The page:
Gareth Dickin uses a U-lock to secure his bike Monday on the Auraria Campus in Denver.
Gareth Dickin uses a U-lock to secure his bike Monday on the Auraria Campus in Denver. Dickin said that while he has not registered his bike with police — as the department recommends — he does have the serial number on his phone. (Erin Hull, The Denver Post)

Denver police are encouraging city dwellers to register their bicycles with the department so detectives can more quickly reunite stolen bikes with their owners through their serial numbers.

But most officers can't directly access the registry, limiting their use of what advocates say is an important tool to investigate and prevent bike theft, which has spiked recently throughout the city.

Bike thefts have increased continuously for the past three years. Citywide, the number of bike thefts rose by more than 18 percent last year — from 1,410 in 2011 to 1,666. There were 1,339 bike thefts reported in 2010.

Top bike theft locations

Denver police identified these locations as the leaders for bike thefts in 2012. But the crime is on the rise for this year, too.


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And while detectives in each of the city's six police stations investigated more bike thefts last year than they did the year before, District 6, which encompasses neighborhoods such as downtown and Capitol Hill, was by far the hardest hit. Police there clocked 829 bike thefts last year, up from 748 the year before. There were 124 bike thefts reported in the city between January of this year and early March, according to the most recent Denver police data available.

Police started urging bicyclists to keep their serial numbers and bike descriptions on file with the department so that if a lost or stolen bike is recovered, detectives can use the database to search for its owner. But patrol officers can't access the database, which both police and bike advocates say would help them identify stolen bikes sooner.

Officers can already run a bike's serial number through the National Crime Information Center, but it won't show up there unless it has been reported stolen.

"If you saw someone on a bike that looked out of place, ... an officer could use the database to track down the owner at the time," said Sgt. Steve Warneke, a police spokesman.

Molly North, executive director of Bike Denver, said the organization has expressed concerns to city officials about officers' lack of access.

"Nationwide, it's an issue. This is an opportunity for Denver to be a leader in finding a way to keep make that information accessible to officers who need it when they're making a contact," she said. "Access to the information could improve the recovery rate of stolen bicycles."

Police officials have started meeting to determine whether it would be cost-effective to let a greater number of officers access the registration database. Only a few detectives from the fraud unit can use it now, but it could be costly to make the database accessible through the department-wide computer system that officers use in their squad cars, Warneke said.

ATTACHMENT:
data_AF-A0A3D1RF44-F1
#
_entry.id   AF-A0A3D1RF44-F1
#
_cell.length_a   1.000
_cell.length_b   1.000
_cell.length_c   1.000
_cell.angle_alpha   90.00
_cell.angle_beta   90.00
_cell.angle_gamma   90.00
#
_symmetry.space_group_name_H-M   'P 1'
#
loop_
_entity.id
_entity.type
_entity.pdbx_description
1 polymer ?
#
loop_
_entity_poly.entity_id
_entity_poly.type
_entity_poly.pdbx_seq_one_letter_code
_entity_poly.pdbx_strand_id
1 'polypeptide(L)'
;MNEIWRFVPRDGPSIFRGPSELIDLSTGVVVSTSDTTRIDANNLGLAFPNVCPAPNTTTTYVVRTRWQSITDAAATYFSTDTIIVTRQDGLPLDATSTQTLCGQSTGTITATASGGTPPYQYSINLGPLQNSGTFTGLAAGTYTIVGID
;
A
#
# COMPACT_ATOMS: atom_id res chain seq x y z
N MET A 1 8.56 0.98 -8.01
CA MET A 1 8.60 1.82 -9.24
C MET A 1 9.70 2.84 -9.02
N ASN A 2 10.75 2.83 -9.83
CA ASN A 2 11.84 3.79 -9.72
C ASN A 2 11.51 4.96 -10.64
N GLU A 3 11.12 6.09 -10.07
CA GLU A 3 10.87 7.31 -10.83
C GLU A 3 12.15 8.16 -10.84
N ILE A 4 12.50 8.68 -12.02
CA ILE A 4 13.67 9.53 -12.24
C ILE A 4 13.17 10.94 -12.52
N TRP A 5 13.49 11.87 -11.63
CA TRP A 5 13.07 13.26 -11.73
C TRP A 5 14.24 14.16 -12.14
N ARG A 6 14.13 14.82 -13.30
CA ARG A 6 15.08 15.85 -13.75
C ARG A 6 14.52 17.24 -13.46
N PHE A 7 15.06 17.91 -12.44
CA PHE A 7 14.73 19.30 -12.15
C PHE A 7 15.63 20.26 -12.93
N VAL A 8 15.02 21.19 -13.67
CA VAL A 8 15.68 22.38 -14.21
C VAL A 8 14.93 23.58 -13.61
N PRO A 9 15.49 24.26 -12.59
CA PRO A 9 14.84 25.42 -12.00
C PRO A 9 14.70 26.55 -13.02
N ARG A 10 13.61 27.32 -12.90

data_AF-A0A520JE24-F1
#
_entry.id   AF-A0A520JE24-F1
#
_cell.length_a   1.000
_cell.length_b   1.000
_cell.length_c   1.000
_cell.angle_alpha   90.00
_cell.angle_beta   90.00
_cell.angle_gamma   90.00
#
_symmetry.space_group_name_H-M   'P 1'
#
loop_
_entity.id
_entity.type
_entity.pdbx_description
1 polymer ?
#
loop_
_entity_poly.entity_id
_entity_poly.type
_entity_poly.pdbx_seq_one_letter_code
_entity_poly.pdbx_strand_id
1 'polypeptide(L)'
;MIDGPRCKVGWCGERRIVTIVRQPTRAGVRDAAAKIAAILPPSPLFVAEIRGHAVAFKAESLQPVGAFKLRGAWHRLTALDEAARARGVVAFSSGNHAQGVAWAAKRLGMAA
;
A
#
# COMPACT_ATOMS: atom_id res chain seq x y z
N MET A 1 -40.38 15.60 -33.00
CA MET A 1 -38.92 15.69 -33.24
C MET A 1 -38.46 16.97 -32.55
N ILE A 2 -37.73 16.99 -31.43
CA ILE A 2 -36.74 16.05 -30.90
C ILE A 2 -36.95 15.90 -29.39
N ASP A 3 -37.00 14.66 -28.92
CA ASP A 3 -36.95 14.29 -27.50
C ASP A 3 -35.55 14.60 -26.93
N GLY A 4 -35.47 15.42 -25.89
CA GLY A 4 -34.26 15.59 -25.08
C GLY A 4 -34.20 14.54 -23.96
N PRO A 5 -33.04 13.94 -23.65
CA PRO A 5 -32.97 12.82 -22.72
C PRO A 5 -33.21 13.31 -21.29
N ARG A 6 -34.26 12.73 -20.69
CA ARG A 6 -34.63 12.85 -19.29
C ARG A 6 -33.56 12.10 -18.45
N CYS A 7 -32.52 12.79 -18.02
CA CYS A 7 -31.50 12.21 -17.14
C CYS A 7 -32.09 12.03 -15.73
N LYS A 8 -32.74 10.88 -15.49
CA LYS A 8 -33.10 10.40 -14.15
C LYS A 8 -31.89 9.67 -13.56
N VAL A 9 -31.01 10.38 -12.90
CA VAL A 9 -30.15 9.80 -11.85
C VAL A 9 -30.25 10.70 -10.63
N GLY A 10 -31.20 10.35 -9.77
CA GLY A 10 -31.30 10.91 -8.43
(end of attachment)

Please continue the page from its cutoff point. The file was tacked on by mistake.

An individual officer would probably be granted access if he needed it.

It is unclear how many residents have registered their bikes with the city; the department does not have a count of how many people signed up during Bike to Work Day in June, an event that drew more than 22,000 people. Warneke said a police cadet enters the registrations into the database when he has time.

The department encouraged people to register mostly to highlight the importance of keeping a bike's serial number handy in case it's stolen, Warneke said.

"We were trying to partner with the community and say, we're keeping track of them, too, in case you lose it," he said. "The push was to raise awareness. The onus should be on the owner, not the city, to carry those records."

North said bicyclists should continue to add their bikes to the city's database, as the recovery rate for a stolen bike is higher if it has been registered. But she and other cyclists hoped police would find a way to put the information to better use.

"If it feels like it's not being optimized and it's something police can easily access, I might not bother (to register)," said Chris Casey, who bikes to work near the Auraria Campus, which police have identified as a top bike-theft location. "I consider it a serious crime, and police ought to do as much as they can to prevent it."

Sadie Gurman: 303-954-1661, sgurman@denverpost.com or twitter.com/sgurman

Protect your bike

To keep your bike from being stolen, Bike Denver recommends locking it when you leave it unattended, particularly with a high-quality U-lock or chain. Always lock the frame and rear wheel to a rack or a pole; for extra security, remove the front wheel and lock it with the frame and rear wheel.

Denver police also recommend keeping bicycles indoors or in a garage whenever possible and registering the bike through the department's website.